HARRISBURG, Pa. -- Pennsylvanians continue to wait for the day when they can join consumers in five other states who now enjoy the choices and
savings of full telecommunications competition.
However, that day may be nearing as Verizon continues to demonstrate it has met federal and state requirements to enter the long-distance market in
Pennsylvania. The Pennsylvania Public Utility Commission (PUC) currently is considering whether to support Verizon's upcoming application to the Federal
Communications Commission (FCC) to provide long-distance service in the Commonwealth.
Verizon today received FCC approval to offer long distance in Massachusetts. Verizon already provides long-distance service in New York. SBC
Communications currently offers long distance in Texas, Kansas and Oklahoma. The former regional Bell companies must get FCC approval before they can
offer long distance in the states where they provide local phone service.
"The momentum is building, with Massachusetts joining the states that have embraced full telecom competition," said Daniel J. Whelan, president of
Verizon Pennsylvania. "It's now time for Pennsylvanians to have the increased choices and savings that wide-open competition brings."
In New York, full competition has resulted in annual consumer savings of about $220 million in local and long distance, according to a study by the
Telecommunications Research and Action Center. Verizon's competitors -- led by AT&T and WorldCom -- have captured about 20 percent of the
Empire State's local service market, and Verizon now serves a like amount of the long-distance market in that state.
"It's a simple formula, actually -- competition for local phone service heats up as Verizon gets closer to obtaining long-distance approval," said
Whelan. "It happened in New York. It happened in Massachusetts.
"And it's happening in Pennsylvania, where about 40,000 residential customers now switch their local phone service to competitors each month,"
said Whelan. "And that doesn't even include the heavy inroads that competitors continue to make for business customers' local service.
"By any measure, the local market in Pennsylvania is irrevocably open," said Whelan.
In a Jan. 9 filing with the PUC, Verizon sought commission support for the company's proposed long-distance application to the FCC. Verizon's PUC filing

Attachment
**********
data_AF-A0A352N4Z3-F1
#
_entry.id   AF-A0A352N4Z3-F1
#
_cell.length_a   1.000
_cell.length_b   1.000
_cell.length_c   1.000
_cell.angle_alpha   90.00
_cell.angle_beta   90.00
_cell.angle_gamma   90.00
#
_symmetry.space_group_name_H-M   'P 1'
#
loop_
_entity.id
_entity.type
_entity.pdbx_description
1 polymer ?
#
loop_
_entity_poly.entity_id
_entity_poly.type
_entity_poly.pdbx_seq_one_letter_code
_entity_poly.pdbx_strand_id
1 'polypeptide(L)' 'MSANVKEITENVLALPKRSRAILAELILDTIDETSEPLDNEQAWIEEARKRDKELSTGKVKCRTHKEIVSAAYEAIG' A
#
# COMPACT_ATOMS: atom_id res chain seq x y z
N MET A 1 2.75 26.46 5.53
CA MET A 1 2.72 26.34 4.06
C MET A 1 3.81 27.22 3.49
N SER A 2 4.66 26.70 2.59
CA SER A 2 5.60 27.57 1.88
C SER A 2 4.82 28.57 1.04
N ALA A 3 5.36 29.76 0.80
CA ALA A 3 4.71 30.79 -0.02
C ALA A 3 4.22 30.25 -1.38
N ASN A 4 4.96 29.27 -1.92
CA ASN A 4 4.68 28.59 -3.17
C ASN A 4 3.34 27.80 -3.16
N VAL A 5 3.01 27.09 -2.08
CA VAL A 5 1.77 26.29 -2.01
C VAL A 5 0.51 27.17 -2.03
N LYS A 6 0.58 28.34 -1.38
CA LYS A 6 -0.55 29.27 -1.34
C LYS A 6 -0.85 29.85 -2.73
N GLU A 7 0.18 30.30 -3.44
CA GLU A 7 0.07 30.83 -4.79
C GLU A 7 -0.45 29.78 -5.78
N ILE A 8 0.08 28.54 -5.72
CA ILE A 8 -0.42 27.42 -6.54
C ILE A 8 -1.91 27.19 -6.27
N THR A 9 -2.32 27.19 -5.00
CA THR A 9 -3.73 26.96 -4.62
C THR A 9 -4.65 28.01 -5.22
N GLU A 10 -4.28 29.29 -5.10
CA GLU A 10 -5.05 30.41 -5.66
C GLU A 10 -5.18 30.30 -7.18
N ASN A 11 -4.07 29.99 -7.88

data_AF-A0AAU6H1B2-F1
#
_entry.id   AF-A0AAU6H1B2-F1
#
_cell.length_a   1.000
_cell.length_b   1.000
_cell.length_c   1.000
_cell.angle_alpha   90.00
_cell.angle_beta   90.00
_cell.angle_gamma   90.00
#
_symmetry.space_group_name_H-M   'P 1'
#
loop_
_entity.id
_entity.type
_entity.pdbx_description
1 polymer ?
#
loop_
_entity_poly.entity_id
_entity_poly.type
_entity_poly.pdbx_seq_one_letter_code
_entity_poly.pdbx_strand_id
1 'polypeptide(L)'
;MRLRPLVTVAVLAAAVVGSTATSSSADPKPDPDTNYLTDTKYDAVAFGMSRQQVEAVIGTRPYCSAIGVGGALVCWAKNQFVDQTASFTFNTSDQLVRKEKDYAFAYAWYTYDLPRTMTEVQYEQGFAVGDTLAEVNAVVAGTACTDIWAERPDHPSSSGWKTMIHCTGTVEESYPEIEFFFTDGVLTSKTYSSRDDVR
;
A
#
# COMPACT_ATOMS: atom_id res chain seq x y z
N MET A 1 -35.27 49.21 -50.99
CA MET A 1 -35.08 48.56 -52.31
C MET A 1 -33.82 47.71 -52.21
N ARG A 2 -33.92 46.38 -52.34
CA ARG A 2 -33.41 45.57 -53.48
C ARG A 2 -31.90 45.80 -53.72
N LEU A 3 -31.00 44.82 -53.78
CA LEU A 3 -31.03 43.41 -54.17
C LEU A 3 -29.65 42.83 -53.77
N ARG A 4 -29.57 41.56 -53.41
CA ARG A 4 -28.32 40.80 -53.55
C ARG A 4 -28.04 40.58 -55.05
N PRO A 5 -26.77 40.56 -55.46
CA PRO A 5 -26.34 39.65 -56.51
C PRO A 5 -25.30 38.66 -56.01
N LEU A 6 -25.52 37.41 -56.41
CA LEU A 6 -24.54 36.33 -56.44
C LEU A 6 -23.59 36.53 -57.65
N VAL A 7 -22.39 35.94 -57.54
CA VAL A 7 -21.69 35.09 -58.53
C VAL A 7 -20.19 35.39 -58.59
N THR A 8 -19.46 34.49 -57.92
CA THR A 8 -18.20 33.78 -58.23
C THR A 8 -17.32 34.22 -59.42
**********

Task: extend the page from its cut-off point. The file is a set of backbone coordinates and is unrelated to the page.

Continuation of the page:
provides extensive detail showing that the company has met a 14-point competitive checklist specified in the federal Telecommunications Act of 1996. This
checklist stipulates the criteria former Bell companies must satisfy to demonstrate they have opened their local networks to competitors. Meeting this checklist is
a prerequisite for Verizon to receive federal permission to offer long-distance service in Pennsylvania.
The PUC is reviewing the entire body of evidence from Verizon, its competitors and other parties. The commission staff has held intensive workshops over the
past seven weeks to analyze this evidence, and the five commissioners will hold hearings starting April 25 in Harrisburg.
The PUC also is examining three months of data involving the performance of Verizon's operating support systems, in addition to results of an 18-month
independent test of these systems conducted by KPMG Consulting. Operating support systems are used by competitors when they switch local customers'
service from Verizon to their company.
"When the PUC completes its exhaustive examination of the record, the test results and competitors' actual experience using our computer systems, we're
confident it will support our long-distance application to the FCC," said Whelan.
The FCC has 90 days to review Verizon's long-distance bid once the company completes the PUC's review process and files its application with the FCC. The
Pennsylvania PUC and the U.S. Department of Justice will provide their recommendations to the FCC before it makes a final decision.
"We hope to offer Pennsylvanians another choice for all their telecommunications needs -- including long distance -- by the end of this year," said
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